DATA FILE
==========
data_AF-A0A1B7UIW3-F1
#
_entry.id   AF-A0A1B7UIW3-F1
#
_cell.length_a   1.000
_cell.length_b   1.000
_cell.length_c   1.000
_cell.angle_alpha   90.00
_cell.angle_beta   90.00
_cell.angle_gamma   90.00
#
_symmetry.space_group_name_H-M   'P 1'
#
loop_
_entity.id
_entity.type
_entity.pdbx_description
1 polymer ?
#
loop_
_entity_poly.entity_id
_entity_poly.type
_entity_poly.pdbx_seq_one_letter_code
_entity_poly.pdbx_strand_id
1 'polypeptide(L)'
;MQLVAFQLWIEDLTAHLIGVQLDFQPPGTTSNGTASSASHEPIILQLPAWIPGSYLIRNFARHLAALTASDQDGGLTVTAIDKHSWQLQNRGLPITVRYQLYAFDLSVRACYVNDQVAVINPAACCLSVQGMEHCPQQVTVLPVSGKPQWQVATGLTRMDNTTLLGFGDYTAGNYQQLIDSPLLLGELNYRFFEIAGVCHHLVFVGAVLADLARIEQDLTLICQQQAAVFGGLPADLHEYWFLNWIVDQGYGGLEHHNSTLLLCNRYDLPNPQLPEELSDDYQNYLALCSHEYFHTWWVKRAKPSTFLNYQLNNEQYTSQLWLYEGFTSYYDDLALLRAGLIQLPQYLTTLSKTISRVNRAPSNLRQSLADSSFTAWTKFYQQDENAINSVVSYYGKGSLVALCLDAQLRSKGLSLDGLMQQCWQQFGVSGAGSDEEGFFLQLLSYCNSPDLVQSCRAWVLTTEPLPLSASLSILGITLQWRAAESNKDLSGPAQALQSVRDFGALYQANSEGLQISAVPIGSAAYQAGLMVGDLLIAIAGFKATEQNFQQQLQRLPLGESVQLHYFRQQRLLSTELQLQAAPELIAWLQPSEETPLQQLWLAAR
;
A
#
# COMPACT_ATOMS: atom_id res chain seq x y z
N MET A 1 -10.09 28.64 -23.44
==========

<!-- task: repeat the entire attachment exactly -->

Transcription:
data_AF-A0A1B7UIW3-F1
#
_entry.id   AF-A0A1B7UIW3-F1
#
_cell.length_a   1.000
_cell.length_b   1.000
_cell.length_c   1.000
_cell.angle_alpha   90.00
_cell.angle_beta   90.00
_cell.angle_gamma   90.00
#
_symmetry.space_group_name_H-M   'P 1'
#
loop_
_entity.id
_entity.type
_entity.pdbx_description
1 polymer ?
#
loop_
_entity_poly.entity_id
_entity_poly.type
_entity_poly.pdbx_seq_one_letter_code
_entity_poly.pdbx_strand_id
1 'polypeptide(L)'
;MQLVAFQLWIEDLTAHLIGVQLDFQPPGTTSNGTASSASHEPIILQLPAWIPGSYLIRNFARHLAALTASDQDGGLTVTAIDKHSWQLQNRGLPITVRYQLYAFDLSVRACYVNDQVAVINPAACCLSVQGMEHCPQQVTVLPVSGKPQWQVATGLTRMDNTTLLGFGDYTAGNYQQLIDSPLLLGELNYRFFEIAGVCHHLVFVGAVLADLARIEQDLTLICQQQAAVFGGLPADLHEYWFLNWIVDQGYGGLEHHNSTLLLCNRYDLPNPQLPEELSDDYQNYLALCSHEYFHTWWVKRAKPSTFLNYQLNNEQYTSQLWLYEGFTSYYDDLALLRAGLIQLPQYLTTLSKTISRVNRAPSNLRQSLADSSFTAWTKFYQQDENAINSVVSYYGKGSLVALCLDAQLRSKGLSLDGLMQQCWQQFGVSGAGSDEEGFFLQLLSYCNSPDLVQSCRAWVLTTEPLPLSASLSILGITLQWRAAESNKDLSGPAQALQSVRDFGALYQANSEGLQISAVPIGSAAYQAGLMVGDLLIAIAGFKATEQNFQQQLQRLPLGESVQLHYFRQQRLLSTELQLQAAPELIAWLQPSEETPLQQLWLAAR
;
A
#
# COMPACT_ATOMS: atom_id res chain seq x y z
N MET A 1 -10.09 28.64 -23.44